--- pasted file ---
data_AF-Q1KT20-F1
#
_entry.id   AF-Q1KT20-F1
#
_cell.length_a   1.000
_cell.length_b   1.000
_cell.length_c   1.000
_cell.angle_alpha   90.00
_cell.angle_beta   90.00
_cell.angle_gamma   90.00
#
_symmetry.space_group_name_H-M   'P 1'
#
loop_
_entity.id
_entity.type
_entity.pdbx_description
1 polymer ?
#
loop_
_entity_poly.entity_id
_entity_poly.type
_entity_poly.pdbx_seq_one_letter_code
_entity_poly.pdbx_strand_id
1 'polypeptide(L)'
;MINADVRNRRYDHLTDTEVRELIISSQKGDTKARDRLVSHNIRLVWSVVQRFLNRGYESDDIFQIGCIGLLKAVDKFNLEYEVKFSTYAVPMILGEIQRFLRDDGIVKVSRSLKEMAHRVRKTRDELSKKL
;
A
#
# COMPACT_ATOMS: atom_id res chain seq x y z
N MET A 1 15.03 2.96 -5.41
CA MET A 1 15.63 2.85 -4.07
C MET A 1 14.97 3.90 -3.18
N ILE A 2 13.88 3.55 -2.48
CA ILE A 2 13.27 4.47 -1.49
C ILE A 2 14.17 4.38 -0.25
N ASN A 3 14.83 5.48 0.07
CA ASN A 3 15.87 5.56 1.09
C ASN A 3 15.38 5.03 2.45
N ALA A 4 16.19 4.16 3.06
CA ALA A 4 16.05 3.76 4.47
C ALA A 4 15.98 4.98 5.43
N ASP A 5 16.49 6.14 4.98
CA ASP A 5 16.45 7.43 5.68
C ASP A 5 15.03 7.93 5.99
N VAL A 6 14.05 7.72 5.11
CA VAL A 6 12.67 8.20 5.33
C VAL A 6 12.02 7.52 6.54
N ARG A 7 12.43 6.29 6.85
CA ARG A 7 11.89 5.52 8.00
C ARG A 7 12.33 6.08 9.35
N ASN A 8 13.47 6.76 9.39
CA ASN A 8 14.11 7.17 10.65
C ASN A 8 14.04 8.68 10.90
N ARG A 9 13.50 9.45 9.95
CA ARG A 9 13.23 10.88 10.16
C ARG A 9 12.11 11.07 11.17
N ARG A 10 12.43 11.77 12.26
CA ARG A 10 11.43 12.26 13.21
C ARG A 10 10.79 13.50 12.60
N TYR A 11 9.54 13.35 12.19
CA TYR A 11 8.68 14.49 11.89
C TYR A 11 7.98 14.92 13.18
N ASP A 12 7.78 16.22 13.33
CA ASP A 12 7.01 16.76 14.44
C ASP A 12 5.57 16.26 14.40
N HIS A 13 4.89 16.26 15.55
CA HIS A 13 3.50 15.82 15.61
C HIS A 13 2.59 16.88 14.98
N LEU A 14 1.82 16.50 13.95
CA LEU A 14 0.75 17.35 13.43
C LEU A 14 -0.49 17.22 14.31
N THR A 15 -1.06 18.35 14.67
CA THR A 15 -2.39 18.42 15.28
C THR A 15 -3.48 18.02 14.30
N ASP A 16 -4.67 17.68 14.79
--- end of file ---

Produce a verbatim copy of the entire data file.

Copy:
data_AF-Q1KT20-F1
#
_entry.id   AF-Q1KT20-F1
#
_cell.length_a   1.000
_cell.length_b   1.000
_cell.length_c   1.000
_cell.angle_alpha   90.00
_cell.angle_beta   90.00
_cell.angle_gamma   90.00
#
_symmetry.space_group_name_H-M   'P 1'
#
loop_
_entity.id
_entity.type
_entity.pdbx_description
1 polymer ?
#
loop_
_entity_poly.entity_id
_entity_poly.type
_entity_poly.pdbx_seq_one_letter_code
_entity_poly.pdbx_strand_id
1 'polypeptide(L)'
;MINADVRNRRYDHLTDTEVRELIISSQKGDTKARDRLVSHNIRLVWSVVQRFLNRGYESDDIFQIGCIGLLKAVDKFNLEYEVKFSTYAVPMILGEIQRFLRDDGIVKVSRSLKEMAHRVRKTRDELSKKL
;
A
#
# COMPACT_ATOMS: atom_id res chain seq x y z
N MET A 1 15.03 2.96 -5.41
CA MET A 1 15.63 2.85 -4.07
C MET A 1 14.97 3.90 -3.18
N ILE A 2 13.88 3.55 -2.48
CA ILE A 2 13.27 4.47 -1.49
C ILE A 2 14.17 4.38 -0.25
N ASN A 3 14.83 5.48 0.07
CA ASN A 3 15.87 5.56 1.09
C ASN A 3 15.38 5.03 2.45
N ALA A 4 16.19 4.16 3.06
CA ALA A 4 16.05 3.76 4.47
C ALA A 4 15.98 4.98 5.43
N ASP A 5 16.49 6.14 4.98
CA ASP A 5 16.45 7.43 5.68
C ASP A 5 15.03 7.93 5.99
N VAL A 6 14.05 7.72 5.11
CA VAL A 6 12.67 8.20 5.33
C VAL A 6 12.02 7.52 6.54
N ARG A 7 12.43 6.29 6.85
CA ARG A 7 11.89 5.52 8.00
C ARG A 7 12.33 6.08 9.35
N ASN A 8 13.47 6.76 9.39
CA ASN A 8 14.11 7.17 10.65
C ASN A 8 14.04 8.68 10.90
N ARG A 9 13.50 9.45 9.95
CA ARG A 9 13.23 10.88 10.16
C ARG A 9 12.11 11.07 11.17
N ARG A 10 12.43 11.77 12.26
CA ARG A 10 11.43 12.26 13.21
C ARG A 10 10.79 13.50 12.60
N TYR A 11 9.54 13.35 12.19
CA TYR A 11 8.68 14.49 11.89
C TYR A 11 7.98 14.92 13.18
N ASP A 12 7.78 16.22 13.33
CA ASP A 12 7.01 16.76 14.44
C ASP A 12 5.57 16.26 14.40
N HIS A 13 4.89 16.26 15.55
CA HIS A 13 3.50 15.82 15.61
C HIS A 13 2.59 16.88 14.98
N LEU A 14 1.82 16.50 13.95
CA LEU A 14 0.75 17.35 13.43
C LEU A 14 -0.49 17.22 14.31
N THR A 15 -1.06 18.35 14.67
CA THR A 15 -2.39 18.42 15.28
C THR A 15 -3.48 18.02 14.30
N ASP A 16 -4.67 17.68 14.79